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IT’S not often a major exhibition is described as necessary, vital, essential and demanding of attention, but so it is with the newest exhibition at the National Gallery.
“The national picture: the art of Tasmania’s Black War” is a look at a violent part of Tasmania’s history through the medium of art but has, as one of its major themes, the subject of “conciliation”.
“But notice the difference between that word ‘conciliation’ and ‘reconciliation’,” says Prof Tim Bonyhady from the ANU, co-curator with Greg Lehman, from the University of Tasmania. “Conciliation” suggests placation of an inferior, “reconciliation” suggests reuniting, a two-way activity.
Much of the new exhibition surrounds the historical figure of George Augustus Robinson, builder, preacher and self-styled “conciliator” or worse, “pacificator” (the word appears on his gravestone in Bath) of the Tasmanian Aborigines after the so-called “Black War”, whose mission it was to round up the Aborigines and resettle them on Flinders Island.
Robinson befriended Truganini, to whom he promised food, housing and security in exchange for help in forging an agreement with the Big River and Oyster Bay peoples. Undoubtedly a gifted man, Bonyhady says he had a grasp of Aboriginal languages and compiled valuable word lists.
Robinson, it turns out was also a visual entrepreneur who understood how important pictures could be. He was a collector and the provenance of three of the surveyor-general George Frankland’s now threatening “proclamation boards” can be traced directly back to Robinson. Ironically these boards derived from an idea that the “natives” would respond to pictures.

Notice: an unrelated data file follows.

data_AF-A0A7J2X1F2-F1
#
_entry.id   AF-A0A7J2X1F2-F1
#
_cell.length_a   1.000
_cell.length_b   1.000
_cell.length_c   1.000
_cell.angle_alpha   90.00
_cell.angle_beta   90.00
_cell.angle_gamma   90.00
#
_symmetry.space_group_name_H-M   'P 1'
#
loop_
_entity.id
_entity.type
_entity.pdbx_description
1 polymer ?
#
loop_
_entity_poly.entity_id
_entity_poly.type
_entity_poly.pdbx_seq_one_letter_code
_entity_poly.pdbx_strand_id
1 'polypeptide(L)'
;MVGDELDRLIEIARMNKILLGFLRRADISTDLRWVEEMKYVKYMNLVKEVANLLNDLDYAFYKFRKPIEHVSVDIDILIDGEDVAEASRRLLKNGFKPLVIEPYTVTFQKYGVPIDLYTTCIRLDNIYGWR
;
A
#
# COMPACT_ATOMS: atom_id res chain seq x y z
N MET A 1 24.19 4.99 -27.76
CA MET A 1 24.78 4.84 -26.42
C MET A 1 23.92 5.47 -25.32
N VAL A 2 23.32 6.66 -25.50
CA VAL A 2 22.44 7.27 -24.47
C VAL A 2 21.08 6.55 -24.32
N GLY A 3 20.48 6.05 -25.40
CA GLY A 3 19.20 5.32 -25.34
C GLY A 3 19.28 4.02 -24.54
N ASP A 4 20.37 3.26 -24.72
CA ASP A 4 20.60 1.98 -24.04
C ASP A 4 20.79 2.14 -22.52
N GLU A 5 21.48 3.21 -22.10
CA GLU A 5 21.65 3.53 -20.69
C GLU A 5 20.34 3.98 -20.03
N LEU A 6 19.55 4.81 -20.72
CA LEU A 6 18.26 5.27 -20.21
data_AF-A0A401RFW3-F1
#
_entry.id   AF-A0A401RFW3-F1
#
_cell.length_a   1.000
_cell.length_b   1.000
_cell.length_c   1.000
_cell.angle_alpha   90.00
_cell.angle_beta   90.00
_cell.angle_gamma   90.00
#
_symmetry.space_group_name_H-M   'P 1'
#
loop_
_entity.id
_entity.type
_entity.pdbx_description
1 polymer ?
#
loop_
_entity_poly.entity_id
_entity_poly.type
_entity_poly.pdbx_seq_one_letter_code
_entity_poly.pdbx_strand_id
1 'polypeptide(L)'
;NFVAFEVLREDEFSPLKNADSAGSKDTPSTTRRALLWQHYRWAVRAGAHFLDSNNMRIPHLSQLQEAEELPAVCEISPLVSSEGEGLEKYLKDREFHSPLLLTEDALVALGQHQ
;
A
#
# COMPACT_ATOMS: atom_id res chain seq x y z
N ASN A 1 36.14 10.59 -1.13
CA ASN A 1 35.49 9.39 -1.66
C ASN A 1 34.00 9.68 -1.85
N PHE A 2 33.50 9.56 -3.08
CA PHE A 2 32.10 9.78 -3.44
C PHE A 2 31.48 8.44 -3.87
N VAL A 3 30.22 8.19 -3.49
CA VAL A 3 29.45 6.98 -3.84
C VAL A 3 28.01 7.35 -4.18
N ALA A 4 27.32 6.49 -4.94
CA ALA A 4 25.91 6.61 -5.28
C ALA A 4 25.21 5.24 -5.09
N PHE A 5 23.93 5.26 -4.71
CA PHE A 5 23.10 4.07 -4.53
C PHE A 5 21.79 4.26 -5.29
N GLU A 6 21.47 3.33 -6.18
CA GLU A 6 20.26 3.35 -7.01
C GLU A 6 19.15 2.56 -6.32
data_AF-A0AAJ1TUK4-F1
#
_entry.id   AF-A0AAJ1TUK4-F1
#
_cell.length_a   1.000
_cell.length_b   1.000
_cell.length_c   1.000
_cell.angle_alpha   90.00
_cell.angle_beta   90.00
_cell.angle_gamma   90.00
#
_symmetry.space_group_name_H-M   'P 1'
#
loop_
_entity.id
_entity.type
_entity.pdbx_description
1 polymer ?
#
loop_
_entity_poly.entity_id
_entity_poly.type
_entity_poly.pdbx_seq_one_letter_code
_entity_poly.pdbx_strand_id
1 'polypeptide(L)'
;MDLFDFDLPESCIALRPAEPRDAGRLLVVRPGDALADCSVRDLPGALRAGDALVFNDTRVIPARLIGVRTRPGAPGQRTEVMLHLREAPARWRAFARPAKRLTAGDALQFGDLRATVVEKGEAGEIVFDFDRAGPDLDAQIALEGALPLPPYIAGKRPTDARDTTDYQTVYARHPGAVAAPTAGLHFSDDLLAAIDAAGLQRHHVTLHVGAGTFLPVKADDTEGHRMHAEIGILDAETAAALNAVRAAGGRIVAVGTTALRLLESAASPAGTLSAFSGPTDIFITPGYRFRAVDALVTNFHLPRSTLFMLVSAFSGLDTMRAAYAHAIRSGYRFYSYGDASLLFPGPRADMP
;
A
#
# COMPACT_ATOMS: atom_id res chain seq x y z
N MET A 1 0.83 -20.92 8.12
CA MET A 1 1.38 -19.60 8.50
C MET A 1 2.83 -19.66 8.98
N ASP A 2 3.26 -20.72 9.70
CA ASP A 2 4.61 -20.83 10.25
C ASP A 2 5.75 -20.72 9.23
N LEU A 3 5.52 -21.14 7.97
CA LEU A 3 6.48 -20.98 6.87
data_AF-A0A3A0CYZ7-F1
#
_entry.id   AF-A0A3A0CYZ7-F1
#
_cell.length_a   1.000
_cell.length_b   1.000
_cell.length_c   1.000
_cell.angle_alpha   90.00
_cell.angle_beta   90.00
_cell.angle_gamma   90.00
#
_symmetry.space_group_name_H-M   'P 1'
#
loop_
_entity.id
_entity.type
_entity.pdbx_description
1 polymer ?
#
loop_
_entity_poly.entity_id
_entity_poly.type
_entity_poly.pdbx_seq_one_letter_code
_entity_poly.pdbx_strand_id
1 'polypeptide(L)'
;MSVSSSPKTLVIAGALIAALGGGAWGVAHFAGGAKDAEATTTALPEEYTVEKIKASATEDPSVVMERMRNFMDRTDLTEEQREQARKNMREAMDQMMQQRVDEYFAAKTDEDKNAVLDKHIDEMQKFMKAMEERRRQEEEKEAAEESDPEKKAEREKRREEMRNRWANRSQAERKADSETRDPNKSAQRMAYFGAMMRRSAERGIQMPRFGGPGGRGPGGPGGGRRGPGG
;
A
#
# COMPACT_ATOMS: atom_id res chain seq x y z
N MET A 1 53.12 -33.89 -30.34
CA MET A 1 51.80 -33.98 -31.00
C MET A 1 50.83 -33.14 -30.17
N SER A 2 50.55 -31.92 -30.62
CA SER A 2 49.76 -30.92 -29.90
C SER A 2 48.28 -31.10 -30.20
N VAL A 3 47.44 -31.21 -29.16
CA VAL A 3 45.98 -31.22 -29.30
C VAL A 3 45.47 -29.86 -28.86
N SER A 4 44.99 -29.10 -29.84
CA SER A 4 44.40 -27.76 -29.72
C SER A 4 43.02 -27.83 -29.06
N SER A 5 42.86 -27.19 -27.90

The key artist in the exhibition is Benjamin Duterrau, a minor figure from London, who arrived in Tasmania in 1832.
Duterrau conceived of his grand project, a “national picture”, that would depict Robinson’s “Friendly Mission” in painting, sculpture, prints and drawings, preferably for public acquisition.
He pictured Robinson as a solitary, noble white man among wild Aborigines, relying solely on persuasion. But this often-shocking exhibition shows how in fact, although he usually went unarmed, he engaged local Aborigines to do his “persuading” for him and some did carry weaponry.
The show, developed in partnership with the Tasmanian Museum and Art Gallery, is “extraordinary because it is very rare”, Bonyhady says, giving full credit to the former NGA director Ron Radford and his successor Gerard Vaughan for recognising that these Tasmanian paintings were not just of regional significance but part of a major national narrative.
With the arrival of figures such as John Glover in Tasmania, Hobart had been the centre of art in colonial Australia for a time, but from the purely aesthetic point of view, Bonyhady and Lehmann have had to contend with art purist detractors.
“Duterrau was not a sophisticated artist,” Bonyhady says. “His lack of skill, however, was compensated for by their scale and ambitious nature.”
His huge canvases of “savages” in stereotypically aggressive poses are imposing and in the case of “Native Taking a Kangaroo 1837”, where a “European” dog is engaged in the process, are indicative of cultural changes.
Other artworks, such as the busts by Benjamin Law, paintings by WB Gould and Thomas Bock, and photographs by Pierre-Marie Alexander Dumoutier, do look as if they are representations of real individuals.
The exhibition is not confined to paintings. Rare, early works by Tasmanian Aboriginal people, ceramics and Aboriginal oral history sit alongside settlers’ representations of Tasmanian Aboriginal people and 21st century political responses of artists such as Julie Gough and Ricky Maynard.
Bonyhady began his career when he became a junior curator in Tasmania after having written a paper on early Tasmanian art. It is familiar territory to him, but he agrees that despite signs of resistance in the faces of some portrait subjects, the exhibition is “incredibly sad”.
“The national picture: the art of Tasmania’s Black War”, NGA, until July 29. Free entry.